- Paul Tudor Jones, the billionaire hedge-fund manager who outperformed peers last year, is wagering that Goldman Sachs Group Inc. and Morgan Stanley got it wrong in declaring the start of an economic recovery. (Bloomberg)
- U.K. Consumers Repay Record Amount of Debt as Manufacturing Activity Slows (Bloomberg)
- China's Manufacturing Expands at Fastest Pace Since April 2008 on Lending (Bloomberg)
Fix the problem, not the blame. Japanese Proverb
FX Trading - Political Differential Moves Markets Too
In our analysis of currencies we're constantly reevaluating the growth and interest rate differentials between countries. The reason is simple: better growth and higher interest rates make investing in one currency, relative to another, more appealing.
But what about political differential? Is that really something that could influence the way currencies behave?
First of all, it's not easy to perfectly compare the government of one country to that of another country. But it is not that hard to notice the difference between administrations within a single country and how changes may influence economic matters.
Typically, politics matter more in emerging countries where financial systems and governments are less developed and the economy can be more easily influenced by the party in power. We saw South Africa recently elect a new President. And since Mr. Zuma took office, the South African rand has beelined higher versus the US dollar on the early thinking that he can fix many problems and bring solid growth trends to South Africa.
Japan just elected a new administration and so far the Japanese yen has been supported by the outcome. It's still early but it shows that people are paying attention to the political environment there.
What about the US though? From the outside looking in the US has been a model of political stability and efficiency, relative to so many other governments and regimes. I mean, the US has remained a superpower for very many years now and possess unmatched positions -- economy, military, fiscal flexibility, etc. -- relative to major economies across the globe.
But being 'Number 1' means being on everyone's radar screen, watched to see how the leader might screw up. That's why, for instance, the US deficits are such a boondoggle for the US dollar (not to mention the dynamic of reserve status). Especially in this recessionary period, the US isn't the only one running into deficit trouble. But in looking for reasons why the top dog is softening up, it is the deficit in the US that makes the headlines and is gobbled up.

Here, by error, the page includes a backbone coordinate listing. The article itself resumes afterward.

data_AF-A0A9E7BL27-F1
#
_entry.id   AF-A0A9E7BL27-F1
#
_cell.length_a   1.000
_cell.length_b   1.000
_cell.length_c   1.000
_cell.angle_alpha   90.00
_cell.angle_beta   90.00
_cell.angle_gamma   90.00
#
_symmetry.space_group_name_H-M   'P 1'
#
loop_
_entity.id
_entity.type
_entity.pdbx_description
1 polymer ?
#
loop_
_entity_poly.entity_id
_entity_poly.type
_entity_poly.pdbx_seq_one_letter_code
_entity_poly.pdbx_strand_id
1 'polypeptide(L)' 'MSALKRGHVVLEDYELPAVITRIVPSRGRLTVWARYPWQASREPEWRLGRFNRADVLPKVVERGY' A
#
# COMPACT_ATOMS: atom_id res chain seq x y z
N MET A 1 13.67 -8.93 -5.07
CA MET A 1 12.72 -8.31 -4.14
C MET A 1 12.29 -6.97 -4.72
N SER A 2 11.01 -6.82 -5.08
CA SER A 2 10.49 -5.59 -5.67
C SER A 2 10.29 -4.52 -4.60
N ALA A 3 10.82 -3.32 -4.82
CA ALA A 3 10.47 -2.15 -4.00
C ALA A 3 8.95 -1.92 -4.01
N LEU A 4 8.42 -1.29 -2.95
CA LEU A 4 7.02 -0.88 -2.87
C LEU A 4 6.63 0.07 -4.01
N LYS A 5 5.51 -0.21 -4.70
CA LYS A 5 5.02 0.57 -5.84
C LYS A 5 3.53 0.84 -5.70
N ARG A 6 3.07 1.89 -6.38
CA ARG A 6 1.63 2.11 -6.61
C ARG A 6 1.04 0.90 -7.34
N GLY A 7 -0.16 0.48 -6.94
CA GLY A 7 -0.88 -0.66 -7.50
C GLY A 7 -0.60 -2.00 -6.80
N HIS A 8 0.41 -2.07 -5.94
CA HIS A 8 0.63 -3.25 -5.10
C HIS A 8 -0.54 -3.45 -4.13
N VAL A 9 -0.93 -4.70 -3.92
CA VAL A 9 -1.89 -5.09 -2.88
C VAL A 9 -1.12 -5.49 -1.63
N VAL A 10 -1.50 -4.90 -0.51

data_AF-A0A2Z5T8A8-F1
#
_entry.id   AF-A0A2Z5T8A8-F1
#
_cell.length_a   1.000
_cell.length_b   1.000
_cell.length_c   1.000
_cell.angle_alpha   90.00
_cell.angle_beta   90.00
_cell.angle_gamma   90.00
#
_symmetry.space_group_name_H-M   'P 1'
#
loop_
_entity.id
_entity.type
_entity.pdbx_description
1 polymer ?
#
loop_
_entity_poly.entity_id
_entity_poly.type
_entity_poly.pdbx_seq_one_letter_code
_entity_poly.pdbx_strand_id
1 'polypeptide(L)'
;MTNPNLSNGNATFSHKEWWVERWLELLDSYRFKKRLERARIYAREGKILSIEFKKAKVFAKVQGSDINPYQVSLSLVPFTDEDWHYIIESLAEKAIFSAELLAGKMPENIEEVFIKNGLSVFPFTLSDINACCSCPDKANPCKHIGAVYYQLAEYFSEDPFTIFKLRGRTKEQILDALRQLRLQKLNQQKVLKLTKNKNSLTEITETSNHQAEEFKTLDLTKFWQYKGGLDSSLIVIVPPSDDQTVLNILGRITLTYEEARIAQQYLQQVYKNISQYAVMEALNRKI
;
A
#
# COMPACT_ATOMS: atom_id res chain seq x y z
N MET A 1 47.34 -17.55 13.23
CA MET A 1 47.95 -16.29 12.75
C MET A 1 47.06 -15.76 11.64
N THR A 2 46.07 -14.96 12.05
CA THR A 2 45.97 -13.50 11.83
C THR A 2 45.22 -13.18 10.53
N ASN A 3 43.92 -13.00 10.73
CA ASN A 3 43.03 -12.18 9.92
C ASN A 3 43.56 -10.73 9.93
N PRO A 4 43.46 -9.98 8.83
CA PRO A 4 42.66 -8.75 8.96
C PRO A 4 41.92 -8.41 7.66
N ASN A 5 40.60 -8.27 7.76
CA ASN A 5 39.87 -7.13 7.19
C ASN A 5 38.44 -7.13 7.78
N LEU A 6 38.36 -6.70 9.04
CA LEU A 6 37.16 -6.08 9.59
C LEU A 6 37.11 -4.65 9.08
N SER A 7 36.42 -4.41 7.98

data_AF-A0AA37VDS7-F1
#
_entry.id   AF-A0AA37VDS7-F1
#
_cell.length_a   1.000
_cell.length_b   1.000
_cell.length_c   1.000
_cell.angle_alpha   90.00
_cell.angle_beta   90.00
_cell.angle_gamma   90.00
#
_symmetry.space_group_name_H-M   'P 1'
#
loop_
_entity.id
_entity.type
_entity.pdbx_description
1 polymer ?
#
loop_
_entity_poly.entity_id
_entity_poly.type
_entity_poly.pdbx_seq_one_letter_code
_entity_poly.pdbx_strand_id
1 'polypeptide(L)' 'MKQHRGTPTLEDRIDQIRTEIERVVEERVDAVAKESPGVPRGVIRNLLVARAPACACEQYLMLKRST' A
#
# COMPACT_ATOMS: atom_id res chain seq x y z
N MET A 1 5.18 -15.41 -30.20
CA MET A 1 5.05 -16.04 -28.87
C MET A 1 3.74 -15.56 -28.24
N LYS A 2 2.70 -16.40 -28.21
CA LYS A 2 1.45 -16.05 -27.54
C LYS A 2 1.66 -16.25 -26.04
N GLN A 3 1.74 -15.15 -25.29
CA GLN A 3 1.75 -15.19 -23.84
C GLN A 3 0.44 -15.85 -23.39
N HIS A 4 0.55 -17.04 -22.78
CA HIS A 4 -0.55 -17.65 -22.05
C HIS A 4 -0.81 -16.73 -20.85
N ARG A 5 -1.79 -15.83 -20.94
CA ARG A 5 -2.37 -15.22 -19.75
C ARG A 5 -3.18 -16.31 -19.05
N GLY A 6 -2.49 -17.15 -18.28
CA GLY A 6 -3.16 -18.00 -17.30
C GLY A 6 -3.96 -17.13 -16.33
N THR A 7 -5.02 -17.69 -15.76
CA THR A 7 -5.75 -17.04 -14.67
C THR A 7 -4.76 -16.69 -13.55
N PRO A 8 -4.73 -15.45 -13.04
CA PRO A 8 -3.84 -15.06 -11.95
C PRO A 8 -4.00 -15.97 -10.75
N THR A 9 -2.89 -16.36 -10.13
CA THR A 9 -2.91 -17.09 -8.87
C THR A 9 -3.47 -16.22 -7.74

And yes, the current administration and the rest of the US government can play a big role on deficit expectations. The one currently in office and the representatives currently in control could really make a big difference, adding to current financial muck and undermining the fiscal position with more and greater spending. And as long as these deficits represent the key long-term fundamentals for investors meddling in the US dollar, then government could really become a big downer for the buck.
Yves Lamoureux, from Blackmont Capital, shared with us recently his view on how approval ratings for the current administration might eventually feed into US stocks. In doing so he compares the approval ratings of past US Presidents with corresponding market data to show a correlation between public opinion and price action.
To view the full piece, click on the following link (to Planet Yelnick). I think you'll enjoy his comments and accompanying charts.
With those comments in mind, how might the President's approval ratings impact the US dollar? I suppose there are two obvious scenarios for the buck if things play out the way Yves has presented them; the first scenario seeming a bit more likely to us than the second.
1) US stocks sink sharply following a severe drop-off in Obama's approval ratings. The risk appetite dynamic remains in place and the US dollar becomes buoyed by the move out of riskier assets.
2) US stocks sink sharply following a severe drop-off in Obama's approval ratings. The risk appetite dynamic becomes irrelevant and there is a run out of both US stocks and the US dollar.
Either way, Obama's approval ratings are falling unlike almost any other President before him. It seems his inititiatives aren't settling well with a fan base that's mired in recession. He seems to have a tough road ahead of him if he wants to win back support of the people. That may happen naturally if the economy begins to improve, but as most analysts have not been saying in their recovery forecasts -- whatever growth we can squeeze out of the economy in the next 8-10 quarters is not going to resemble the pre-recession growth we became so comfortable with.
It will be interesting to see how much this President impacts the overall feeling towards the US economy.